But, I mean, fuck me: Adrian Mack likes them, and Chris Arnett of the Furies stood for their set and danced: that should be praise enough, because the Furies are the kings of no-bullshit; they’re the type of band that, when the guitarist breaks a string (unless he has Bill Napier-Hemy waiting in the wings to fix it), will say “fuck it” and keep going without sounding appreciably different... which, as a matter of fact, happened on this occasion. Arnett’s grimace, his shades (which are not bullshit so much as an ironic “bullshit catcher,” putting the bullshit right out in the open where you can see it and be amused by it, so you know that no one is trying to sneak anything by you) and the bulging veins in his arms delight me; it is a wonder that anyone with fingers as thick and meaty-lookin’ can play so fuckin’ hot as Chris. His solos - often played with his guitar slung below his knees, as he teetered at the edge of the stage, dripping sweat - sounded more and more like they were the reincarnation of the guitar sounds on White Light/ White Heat, veering as close as they could to the edge of anarchy without becoming an onslaught of noise; he's come a long way since the enthusiastic spazzouts I saw at the Vancouver Complication, now actually channeling his furies through his equipment, rather than assaulting his equipment with same.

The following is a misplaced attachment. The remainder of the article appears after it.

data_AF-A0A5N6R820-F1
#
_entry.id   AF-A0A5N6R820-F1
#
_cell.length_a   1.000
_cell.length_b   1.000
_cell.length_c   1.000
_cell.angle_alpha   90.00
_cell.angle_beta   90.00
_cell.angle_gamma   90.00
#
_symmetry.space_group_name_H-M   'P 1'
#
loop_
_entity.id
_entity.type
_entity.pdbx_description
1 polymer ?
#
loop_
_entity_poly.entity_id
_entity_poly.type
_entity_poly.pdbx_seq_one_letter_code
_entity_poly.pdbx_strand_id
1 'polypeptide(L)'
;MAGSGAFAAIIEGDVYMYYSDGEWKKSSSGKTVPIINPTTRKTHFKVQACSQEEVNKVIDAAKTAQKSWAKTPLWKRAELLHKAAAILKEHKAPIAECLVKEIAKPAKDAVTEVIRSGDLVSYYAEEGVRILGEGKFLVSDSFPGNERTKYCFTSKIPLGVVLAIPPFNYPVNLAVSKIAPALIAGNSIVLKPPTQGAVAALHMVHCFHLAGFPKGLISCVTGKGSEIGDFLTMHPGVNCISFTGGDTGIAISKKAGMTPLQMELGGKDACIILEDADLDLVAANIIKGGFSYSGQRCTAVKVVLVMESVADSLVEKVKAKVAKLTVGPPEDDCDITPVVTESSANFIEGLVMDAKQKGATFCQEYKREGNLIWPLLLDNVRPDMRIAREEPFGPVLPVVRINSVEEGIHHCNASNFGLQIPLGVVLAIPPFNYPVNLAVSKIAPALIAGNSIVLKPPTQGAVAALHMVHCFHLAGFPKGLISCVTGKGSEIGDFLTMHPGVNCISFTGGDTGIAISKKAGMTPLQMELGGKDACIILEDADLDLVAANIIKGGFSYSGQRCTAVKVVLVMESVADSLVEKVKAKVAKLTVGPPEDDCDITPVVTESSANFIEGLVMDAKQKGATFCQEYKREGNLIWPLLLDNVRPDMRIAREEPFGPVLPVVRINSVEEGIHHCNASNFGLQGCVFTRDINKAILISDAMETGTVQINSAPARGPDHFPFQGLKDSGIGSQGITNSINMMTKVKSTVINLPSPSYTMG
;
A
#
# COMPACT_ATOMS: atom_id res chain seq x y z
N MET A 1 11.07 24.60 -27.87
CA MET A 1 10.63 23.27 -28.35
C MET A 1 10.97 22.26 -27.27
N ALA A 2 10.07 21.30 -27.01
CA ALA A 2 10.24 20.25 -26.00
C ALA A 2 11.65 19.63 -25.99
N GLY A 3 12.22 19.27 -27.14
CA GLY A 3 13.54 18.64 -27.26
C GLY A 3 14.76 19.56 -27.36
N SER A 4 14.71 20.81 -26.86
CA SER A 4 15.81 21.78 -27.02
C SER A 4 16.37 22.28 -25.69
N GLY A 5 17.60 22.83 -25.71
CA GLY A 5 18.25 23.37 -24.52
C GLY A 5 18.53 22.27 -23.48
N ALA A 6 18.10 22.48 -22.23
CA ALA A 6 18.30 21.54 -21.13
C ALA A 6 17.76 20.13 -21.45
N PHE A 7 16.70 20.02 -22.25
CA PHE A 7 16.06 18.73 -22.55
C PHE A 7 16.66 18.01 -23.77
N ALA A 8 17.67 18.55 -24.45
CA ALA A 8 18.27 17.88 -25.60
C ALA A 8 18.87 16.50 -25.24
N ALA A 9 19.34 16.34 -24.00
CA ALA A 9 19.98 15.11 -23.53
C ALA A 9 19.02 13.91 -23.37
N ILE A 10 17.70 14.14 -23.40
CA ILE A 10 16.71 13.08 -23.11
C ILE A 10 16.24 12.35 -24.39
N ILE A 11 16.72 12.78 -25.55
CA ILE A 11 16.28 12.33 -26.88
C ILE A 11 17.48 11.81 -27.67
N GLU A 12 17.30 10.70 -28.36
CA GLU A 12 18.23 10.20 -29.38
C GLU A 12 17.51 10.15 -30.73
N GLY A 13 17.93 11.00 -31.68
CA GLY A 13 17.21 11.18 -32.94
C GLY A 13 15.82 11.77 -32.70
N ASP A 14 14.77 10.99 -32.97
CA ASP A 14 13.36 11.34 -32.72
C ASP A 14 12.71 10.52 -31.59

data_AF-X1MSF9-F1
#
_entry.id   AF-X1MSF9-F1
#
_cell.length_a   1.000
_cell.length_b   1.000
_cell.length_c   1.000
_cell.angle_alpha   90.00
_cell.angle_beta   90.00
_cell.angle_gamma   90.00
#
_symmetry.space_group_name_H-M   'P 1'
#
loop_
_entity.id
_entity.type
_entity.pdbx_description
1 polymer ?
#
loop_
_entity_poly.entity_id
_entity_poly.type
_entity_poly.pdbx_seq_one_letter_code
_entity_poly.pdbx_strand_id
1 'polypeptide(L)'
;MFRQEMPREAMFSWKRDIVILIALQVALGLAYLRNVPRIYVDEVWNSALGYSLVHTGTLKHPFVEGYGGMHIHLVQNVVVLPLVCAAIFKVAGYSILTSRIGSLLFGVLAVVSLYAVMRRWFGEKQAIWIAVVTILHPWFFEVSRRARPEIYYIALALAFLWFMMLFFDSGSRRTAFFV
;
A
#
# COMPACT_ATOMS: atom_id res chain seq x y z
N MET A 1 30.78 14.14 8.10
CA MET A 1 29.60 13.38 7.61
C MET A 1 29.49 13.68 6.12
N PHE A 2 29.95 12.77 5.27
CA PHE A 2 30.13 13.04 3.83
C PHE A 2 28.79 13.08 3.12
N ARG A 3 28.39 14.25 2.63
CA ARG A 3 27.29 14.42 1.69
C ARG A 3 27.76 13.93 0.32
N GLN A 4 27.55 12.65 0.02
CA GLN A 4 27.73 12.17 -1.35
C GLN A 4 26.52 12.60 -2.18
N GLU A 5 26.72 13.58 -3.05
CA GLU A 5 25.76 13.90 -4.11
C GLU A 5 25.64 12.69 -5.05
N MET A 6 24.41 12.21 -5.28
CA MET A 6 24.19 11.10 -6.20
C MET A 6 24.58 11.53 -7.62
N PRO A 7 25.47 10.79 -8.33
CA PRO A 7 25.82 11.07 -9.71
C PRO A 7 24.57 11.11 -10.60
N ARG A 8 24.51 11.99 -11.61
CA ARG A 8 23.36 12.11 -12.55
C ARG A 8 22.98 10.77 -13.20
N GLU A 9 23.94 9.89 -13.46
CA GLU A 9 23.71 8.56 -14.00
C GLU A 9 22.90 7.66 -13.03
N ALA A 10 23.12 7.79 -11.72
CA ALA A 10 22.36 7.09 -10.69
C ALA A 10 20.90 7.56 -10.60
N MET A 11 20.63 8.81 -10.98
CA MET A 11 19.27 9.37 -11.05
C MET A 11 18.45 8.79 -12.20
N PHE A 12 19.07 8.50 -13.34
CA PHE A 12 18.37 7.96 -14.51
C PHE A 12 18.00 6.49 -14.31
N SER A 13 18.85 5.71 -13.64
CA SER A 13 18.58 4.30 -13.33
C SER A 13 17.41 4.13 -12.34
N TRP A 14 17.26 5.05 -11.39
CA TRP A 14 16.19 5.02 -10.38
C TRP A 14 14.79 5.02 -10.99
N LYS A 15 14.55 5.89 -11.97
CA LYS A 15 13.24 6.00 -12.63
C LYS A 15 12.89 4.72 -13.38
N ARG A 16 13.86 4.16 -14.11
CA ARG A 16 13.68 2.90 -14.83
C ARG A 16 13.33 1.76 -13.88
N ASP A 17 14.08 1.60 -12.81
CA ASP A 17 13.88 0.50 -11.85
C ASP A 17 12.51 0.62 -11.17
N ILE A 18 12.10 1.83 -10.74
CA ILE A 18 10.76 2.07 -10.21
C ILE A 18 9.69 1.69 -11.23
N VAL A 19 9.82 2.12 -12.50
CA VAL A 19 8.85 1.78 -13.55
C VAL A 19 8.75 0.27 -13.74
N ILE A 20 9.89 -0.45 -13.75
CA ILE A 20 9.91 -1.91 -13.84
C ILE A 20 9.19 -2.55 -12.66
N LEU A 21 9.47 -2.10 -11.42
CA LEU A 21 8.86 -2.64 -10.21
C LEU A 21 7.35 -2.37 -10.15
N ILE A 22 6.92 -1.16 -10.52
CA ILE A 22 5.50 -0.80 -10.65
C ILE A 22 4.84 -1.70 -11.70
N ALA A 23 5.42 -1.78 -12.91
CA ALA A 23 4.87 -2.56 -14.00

The Furies by Femke van Delft

As steeped in The Tradition as Arnett may be, tho’ - because the VU, the Stooges, the MC5, the first Modern Lovers album, etc., all hover in the background of what the three-piece does - there is also something utterly unique about’em, some recombination of elements that is distinctly theirs. (Maybe I should reread T.S. Eliot's "Tradition and the Indivdual Talent" and apply it to the Furies' music; that would be fun, eh? "We dwell with satisfaction upon [Chris Arnett's] difference from his predecessors, especially his immediate predecessors; we endeavour to find something that can be isolated in order to be enjoyed. Whereas if we approach [Chris Arnett] without this prejudice we shall often find that not only the best, but the most individual parts of his work may be those in which the dead [rock musicians], his ancestors, assert their immortality most vigorously.") I didn't quite understand the references to Jimi Hendrix during the night, but no matter... The band didn’t so much as slow down when violence erupted in the moshpit, some guy knocking another down in a flurry of fists, which made a bit of extra space up front for seated folks like me to see the stage (I think it was wendythirteen I overheard saying, “there’s nothing like a bit of emo to thin the crowd.”) Looks like some people needed a more radical catharsis than I did...